While big-picture views often reigned in the banner years of 2006 and 2007, finance has been forced to go back to basics over the last 18 months. The detail of the trees is now every bit as important as the broader view of the wood.
The British Virgin Islands (BVI) sprung to life as a finance jurisdiction in the eighties, with Hong Kong leading the way. Hong Kong admired the simplicity of BVI companies, their ease of use and their adaptability. In the intervening period the use of BVI companies in Hong Kong and the PRC has become almost second nature. As England, and then certain parts of Europe, found favour with the BVI in the late nineties their use continued to spread. At the same time the hedge fund industry in North America liked what it saw and the BVI became a popular choice for funds. In time, derivatives work flowed from that.
As the world focuses on detail once more, perhaps in a way that is unprecedented, it is a good time to see the wood for the trees in the BVI. The woods are the headline features that have made the BVI one of the world's leading offshore jurisdictions. The trees are the detail that underpins the success.
The bigger picture (woods):
- The BVI is the world's leading offshore jurisdiction in terms of corporate domicile numbers.
- Global acceptability (China, Europe and America) makes it a popular choice across the board, particularly in finance transactions.
- Its popularity in the major emerging markets as well as traditional markets has made it a good bridge between the two.
- As a British Overseas Territory the BVI enjoys stability, coupled with great certainty by following English common law.
- A cutting edge corporate statute (2004), insolvency act (2003) and new Commercial Court place it in a very competitive position.
- Sensible regulation coupled with rigorous but appropriate anti-money laundering requirements mean that it understands and operates within international standards.
The all-important detail (trees):
- Flexibility and certainty on choice of law. The BVI was quick to recognise that the ability to use foreign law(s) to govern transactions involving BVI companies or assets was a pre-requisite to success. As such, legislation has catered for this since the eighties to ensure that foreign laws are given statutory recognition in a number of key areas without imposing the need to use BVI law.
- Statutory adoption of English common law and equity. The BVI generally follows English common law and equity, as a matter of BVI statute. Access to this jurisprudence has provided the perfect foundation for the BVI in the international arena.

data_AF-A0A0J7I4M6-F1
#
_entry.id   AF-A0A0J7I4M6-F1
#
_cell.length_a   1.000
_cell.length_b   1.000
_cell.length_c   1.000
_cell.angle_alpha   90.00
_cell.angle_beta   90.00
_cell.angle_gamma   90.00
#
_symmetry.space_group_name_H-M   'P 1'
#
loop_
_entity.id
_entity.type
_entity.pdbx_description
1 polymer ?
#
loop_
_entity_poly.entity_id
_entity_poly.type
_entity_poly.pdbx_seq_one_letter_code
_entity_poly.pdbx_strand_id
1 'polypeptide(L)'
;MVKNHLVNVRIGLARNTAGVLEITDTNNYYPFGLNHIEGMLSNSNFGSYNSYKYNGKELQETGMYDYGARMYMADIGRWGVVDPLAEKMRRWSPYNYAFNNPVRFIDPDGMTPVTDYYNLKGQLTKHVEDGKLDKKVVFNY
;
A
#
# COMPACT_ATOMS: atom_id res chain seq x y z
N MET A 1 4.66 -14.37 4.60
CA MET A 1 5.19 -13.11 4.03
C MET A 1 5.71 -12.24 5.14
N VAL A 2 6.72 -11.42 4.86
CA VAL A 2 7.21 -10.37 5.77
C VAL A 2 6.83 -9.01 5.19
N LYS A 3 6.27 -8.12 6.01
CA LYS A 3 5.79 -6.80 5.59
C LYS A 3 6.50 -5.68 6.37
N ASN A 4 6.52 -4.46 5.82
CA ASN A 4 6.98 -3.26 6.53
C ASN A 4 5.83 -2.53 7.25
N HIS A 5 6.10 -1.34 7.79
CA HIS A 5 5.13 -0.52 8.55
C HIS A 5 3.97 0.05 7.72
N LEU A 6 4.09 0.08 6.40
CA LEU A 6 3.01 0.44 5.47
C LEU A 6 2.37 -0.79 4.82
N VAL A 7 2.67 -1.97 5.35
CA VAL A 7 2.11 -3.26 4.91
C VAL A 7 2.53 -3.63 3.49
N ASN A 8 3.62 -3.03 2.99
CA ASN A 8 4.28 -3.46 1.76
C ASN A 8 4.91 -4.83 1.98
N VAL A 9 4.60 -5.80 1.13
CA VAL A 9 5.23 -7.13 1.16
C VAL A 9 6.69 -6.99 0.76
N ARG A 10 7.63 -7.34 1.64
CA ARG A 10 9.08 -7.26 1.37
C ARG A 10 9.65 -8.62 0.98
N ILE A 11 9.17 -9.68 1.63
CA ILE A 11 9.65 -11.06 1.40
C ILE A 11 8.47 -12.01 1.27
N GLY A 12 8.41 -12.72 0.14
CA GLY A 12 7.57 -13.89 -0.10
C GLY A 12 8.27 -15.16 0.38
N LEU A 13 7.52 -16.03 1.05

- Wide choice of vehicle type. Several types of company can be used, including guarantee companies, unlimited companies, restricted purpose companies, segregated portfolio companies and private trust companies. This flexibility offers a number of alternatives and solutions for finance structures of all kinds.
- Straightforward, modern company law. Concepts like corporate benefit, ultra vires and financial assistance are appropriately placed in the context of the demands of the modern financial markets.
- Outdated capital maintenance rules replaced with modern requirements. Solvency tests have replaced the archaic capital maintenance rules that many jurisdictions are now moving away from.
- Easy redemptions and dividends. Again, reliance is now placed on the satisfaction of certain solvency tests rather than a need to satisfy additional hurdles such as distributable profits or reserves. This is a very helpful development for structured transactions.
- Certainty on governing law for security. BVI statute confirms that a BVI company can create security under the law of such jurisdiction as the company and the chargee may choose. This provides certainly as to conflict of laws from a BVI perspective.
- Certainty and simplicity for share charges over BVI shares. Again, BVI statute expressly confirms that a charge over BVI shares can be governed by a law other than BVI law. This removes questions over conflicts and comity that would otherwise exist and which a number of jurisdictions still face.
- Clear public registration system for charges or security. BVI law priorities are straightforward to ascertain and the registration system is efficient and effective. A failure to register does not affect the validity of the charge per se. BVI law also gives clear recognition to inter creditor arrangements.
- Modern insolvency legislation. The BVI's Insolvency Act was introduced in 2004 and has a number of features that confirm its secured creditor-friendly stance.
- Netting with certainty. The Insolvency Act provides that netting arrangements in financial contracts are exempted from its insolvency provisions. Significantly, this includes voidable transactions so that the sanctity of such netting provisions remains intact through insolvency.
Rachael McDonald and Ray Wearmouth
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